In a letter dated June 14th, 2007, FERC officially pulled the plug on the proposed hydropower
project on the old outdated Ohio Edison Dam on the Cuyahoga River.
The Ohio Edison Dam was built in 1912 and for many years served a hydropower plant while the
reservoir provided cooling water for a coal-burning power plant. With the operation of the
hydropower plant discontinued in 1958 and the coal-burning plant decommissioned in 1991, the need
for the dam ceased to exist. It seemed that "the river that burned" creating memorable
visual imagery that was influential in the passage of the Clean Water Act, would be on its way to
further restoration with removal of the old dam.
With the river now suitable for recreation, paddlers have discovered some good whitewater at the
base of the dam, and have been wondering what was beneath the reservoir--2 buried miles at 100 feet
per mile including the namesake falls for the town of Cuyahoga Falls. Meanwhile Metro Hydroelectric
Company emerged on the scene and began the process of obtaining a new hydropower license for the
dam. It's been half a century since the project was in operation and in the meantime Metro Parks
has developed the land for public use and benefit. Rebuilding the facilities at the hydropower
plant would have required construction of roads, destruction of old-growth forests, the loss of
wildlife habitat, and the destruction of park attributes including whitewater recreation.
Given these impacts, park commissioners and the public overwhelmingly opposed the project and
blocked the hydro developer from accessing the park to conduct required studies. The company won
access to the park in U.S. District Court, but the U.S. 6th Circuit Court of Appeals overturned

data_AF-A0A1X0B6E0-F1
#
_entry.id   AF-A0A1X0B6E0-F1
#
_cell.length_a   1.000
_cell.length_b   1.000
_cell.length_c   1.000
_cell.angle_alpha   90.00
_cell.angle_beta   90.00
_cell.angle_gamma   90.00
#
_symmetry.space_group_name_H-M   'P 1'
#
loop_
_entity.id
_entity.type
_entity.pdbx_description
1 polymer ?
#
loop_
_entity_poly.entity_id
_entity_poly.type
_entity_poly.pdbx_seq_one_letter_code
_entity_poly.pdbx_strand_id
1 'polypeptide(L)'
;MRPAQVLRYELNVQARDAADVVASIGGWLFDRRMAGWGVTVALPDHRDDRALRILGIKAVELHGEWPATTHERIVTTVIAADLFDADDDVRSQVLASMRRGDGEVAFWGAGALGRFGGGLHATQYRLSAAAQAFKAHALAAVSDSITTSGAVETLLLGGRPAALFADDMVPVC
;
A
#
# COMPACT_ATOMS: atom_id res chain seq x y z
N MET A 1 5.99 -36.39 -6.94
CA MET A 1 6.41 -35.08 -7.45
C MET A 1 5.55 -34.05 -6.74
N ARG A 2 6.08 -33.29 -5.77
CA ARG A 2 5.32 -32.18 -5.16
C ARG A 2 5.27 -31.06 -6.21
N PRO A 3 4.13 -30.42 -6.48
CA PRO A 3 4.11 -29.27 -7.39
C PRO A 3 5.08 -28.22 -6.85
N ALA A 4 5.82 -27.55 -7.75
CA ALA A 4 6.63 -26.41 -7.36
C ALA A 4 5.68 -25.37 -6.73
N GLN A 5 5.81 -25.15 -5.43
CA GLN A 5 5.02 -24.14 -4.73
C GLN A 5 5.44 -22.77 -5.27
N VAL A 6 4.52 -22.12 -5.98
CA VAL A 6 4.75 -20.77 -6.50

that decision this past April.
Given the legal uncertainty of the project, Mark Robinson, Director of Energy Projects at FERC
wrote this past week:
The ILP provides discrete time frames for studying a proposed project and developing a license
application. As you are unable to follow the prescribed schedule in this proceeding, I am
terminating the ILP for the Metro Project without prejudice.
While the applicant was invited to submit a new Notice of Intent to develop a project if
the legal questions are resolved, the letter from FERC is significant in making it clear that
applicants can not waste everyone's time and resources when they are not able to remain on
Since the passage of the Clean Water Act, we have spent billions of dollars to restore the Cuyahoga
River. Dams remain as major obstacles to finishing the job of cleaning up the river and
constructing a hydropower facility on one of these outdated structures is not in the public
We gratefully acknowledge local affiliate Keel Haulers Canoe Club whose members have highlighted
the recreational benefits of this river--a rare whitewater resource in the state of Ohio--and
continue to track the project for AW.
For additional information on the history of this project visit Friends of the Crooked River
. Friends of the Crooked River was
formed in 1990 in order to give the 100 mile length of the Cuyahoga River a voice.